Organ-on-a-chip; autonomous driving on snow; nanoparticle printing press.
Coaxing human stem cells to form human organs
In a step toward personalized drug testing, MIT researchers have coaxed human stem cells to form complex tissues in a new technique, which also has near-term implications for growing organ-like tissues on a chip and that may ultimately allow personalized organs to be grown for transplant patients.
The researchers said growing organs on demand, using stem cells derived from patients themselves, could eliminate the lengthy wait that people in need of a transplant are often forced to endure before one becomes available. It could also reduce the risk of a patient’s immune system rejecting the transplant, since the tissue would be grown from the patient’s own cells.
While it is likely to be some time before the technique can be used to generate transplant organs, it could be used almost immediately to grow different human tissue on which to test new drugs. Using human stem cell-derived organ tissue to test new treatments could be far more reliable than testing on animals, since different species may react differently to a drug, the team pointed out. The technique could also allow clinicians to carry out patient-specific drug testing.
Autonomous driving on snow-covered roads
On snow-covered roads, typical autonomous vehicle sensors are useless but researchers at the University of Michigan and Ford are working together to fix that. In Michigan and on U-M’s 32-acre Mcity simulated urban environment, they’ve conducted what they say are the industry’s first tests of autonomous vehicles in wintry conditions.
One of the keys to safe autonomous driving is for a vehicle to know where it is, not just along a road but within a driving lane. Even being off by a few inches can make a big difference, the researchers said. Under sunny skies, Ford’s testbed autonomous Fusion Hybrid sedans rely on LiDAR sensors that can pinpoint lane location with centimeter accuracy. LiDAR emits short pulses of laser light to precisely allow the vehicle to create a real-time, high-definition 3D image of what’s around it. But LiDAR cannot see the road when snow obstructs it from view – like during inclement weather or in high-density traffic. The same is true when the sensor lens is covered by snow, grime, or debris.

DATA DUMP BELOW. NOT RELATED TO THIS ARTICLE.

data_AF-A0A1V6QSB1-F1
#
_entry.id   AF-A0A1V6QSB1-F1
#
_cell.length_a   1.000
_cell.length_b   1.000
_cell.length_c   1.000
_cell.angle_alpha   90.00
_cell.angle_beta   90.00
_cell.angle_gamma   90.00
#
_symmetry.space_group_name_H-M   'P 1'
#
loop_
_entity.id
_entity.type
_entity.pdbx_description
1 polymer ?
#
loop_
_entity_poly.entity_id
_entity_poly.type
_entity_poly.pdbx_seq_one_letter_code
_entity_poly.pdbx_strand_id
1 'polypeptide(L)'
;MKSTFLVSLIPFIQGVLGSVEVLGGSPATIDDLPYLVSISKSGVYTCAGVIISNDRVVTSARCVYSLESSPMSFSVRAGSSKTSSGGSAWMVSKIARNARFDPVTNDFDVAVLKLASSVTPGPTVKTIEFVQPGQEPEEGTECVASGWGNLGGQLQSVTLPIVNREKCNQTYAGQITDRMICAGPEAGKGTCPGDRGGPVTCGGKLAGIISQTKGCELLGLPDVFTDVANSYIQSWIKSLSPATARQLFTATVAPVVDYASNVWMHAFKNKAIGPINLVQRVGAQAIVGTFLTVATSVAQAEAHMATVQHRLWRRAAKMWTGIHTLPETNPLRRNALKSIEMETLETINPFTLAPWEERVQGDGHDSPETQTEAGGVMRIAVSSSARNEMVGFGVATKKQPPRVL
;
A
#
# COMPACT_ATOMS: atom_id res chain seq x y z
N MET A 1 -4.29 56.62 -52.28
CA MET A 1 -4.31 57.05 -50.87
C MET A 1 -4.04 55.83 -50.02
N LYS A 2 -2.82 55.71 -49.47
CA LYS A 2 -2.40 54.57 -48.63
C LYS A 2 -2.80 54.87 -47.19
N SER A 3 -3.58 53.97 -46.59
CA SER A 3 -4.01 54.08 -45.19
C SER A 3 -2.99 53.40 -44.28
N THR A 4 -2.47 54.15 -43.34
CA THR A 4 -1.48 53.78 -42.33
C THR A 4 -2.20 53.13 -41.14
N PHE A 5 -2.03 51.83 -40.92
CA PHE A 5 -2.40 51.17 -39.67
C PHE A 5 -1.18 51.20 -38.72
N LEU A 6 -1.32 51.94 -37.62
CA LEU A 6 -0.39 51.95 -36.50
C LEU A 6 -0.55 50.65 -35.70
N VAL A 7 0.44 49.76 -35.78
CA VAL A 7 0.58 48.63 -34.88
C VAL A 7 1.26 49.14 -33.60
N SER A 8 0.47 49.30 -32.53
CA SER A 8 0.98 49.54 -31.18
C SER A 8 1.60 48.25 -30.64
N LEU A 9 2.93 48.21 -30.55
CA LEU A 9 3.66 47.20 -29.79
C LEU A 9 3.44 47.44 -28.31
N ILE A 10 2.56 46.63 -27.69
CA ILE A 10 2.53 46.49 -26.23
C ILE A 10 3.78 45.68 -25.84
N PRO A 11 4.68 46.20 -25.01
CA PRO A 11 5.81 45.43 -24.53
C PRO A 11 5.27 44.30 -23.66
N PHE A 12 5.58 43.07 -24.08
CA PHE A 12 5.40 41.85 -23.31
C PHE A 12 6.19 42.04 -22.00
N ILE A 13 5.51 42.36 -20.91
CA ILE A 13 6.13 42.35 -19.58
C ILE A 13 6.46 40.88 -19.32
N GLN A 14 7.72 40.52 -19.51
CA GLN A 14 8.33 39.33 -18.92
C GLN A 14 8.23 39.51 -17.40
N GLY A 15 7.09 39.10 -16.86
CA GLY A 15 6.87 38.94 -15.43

As a result, Ford and U-M are working on a system that involves high-resolution 3D maps – complete with information about the road and what’s above it, including road markings, signs, geography, landmarks and topography. U-M researchers have developed these maps and Ford’s test vehicles are equipped with them.
The autonomous vehicles create the maps while driving the test environment in favorable weather. Technologies automatically annotate features like traffic signs, trees and buildings later. Then, when the vehicles cannot see the ground, they detect above-ground landmarks to pinpoint themselves on the map, which they then use to drive successfully.
Gold nanoparticles in electronic, medical apps
In order to take advantage of the unusual optical, electronic and chemical properties of gold nanoparticles applications ranging from nanoelectronics to cancer treatments, McGill University researchers have created the nanoparticle equivalent of the printing press.
They explained that some of the most interesting properties of nanoparticles emerge when they are brought close together – either in clusters of just a few particles or in crystals made up of millions of them. But particles that are just millionths of an inch in size are too small to be manipulated by conventional lab tools, so a major challenge has been finding ways to assemble these bits of gold while controlling the three-dimensional shape of their arrangement.
One approach that researchers have developed has been to use tiny structures made from synthetic strands of DNA to help organize nanoparticles but this approach is intricate and expensive to generate, akin to producing books by hand.
Thus, enter the nanoparticle printing press that the team said is efficient, re-usable and carries more information than previously possible.
Also, the DNA nanostructures can be re-used, much like stamps in an old printing press.
The McGill researchers hope their new production technique will help pave the way for use of DNA-encoded nanoparticles in a range of cutting-edge technologies. The next step for the lab will be to investigate the properties of structures made from these new building blocks, which could be put to use in areas including optoelectronic nanodevices and biomedical sciences. The patterns of DNA strands could, for example, be engineered to target specific proteins on cancer cells, and thus serve to detect cancer or to selectively destroy cancer cells.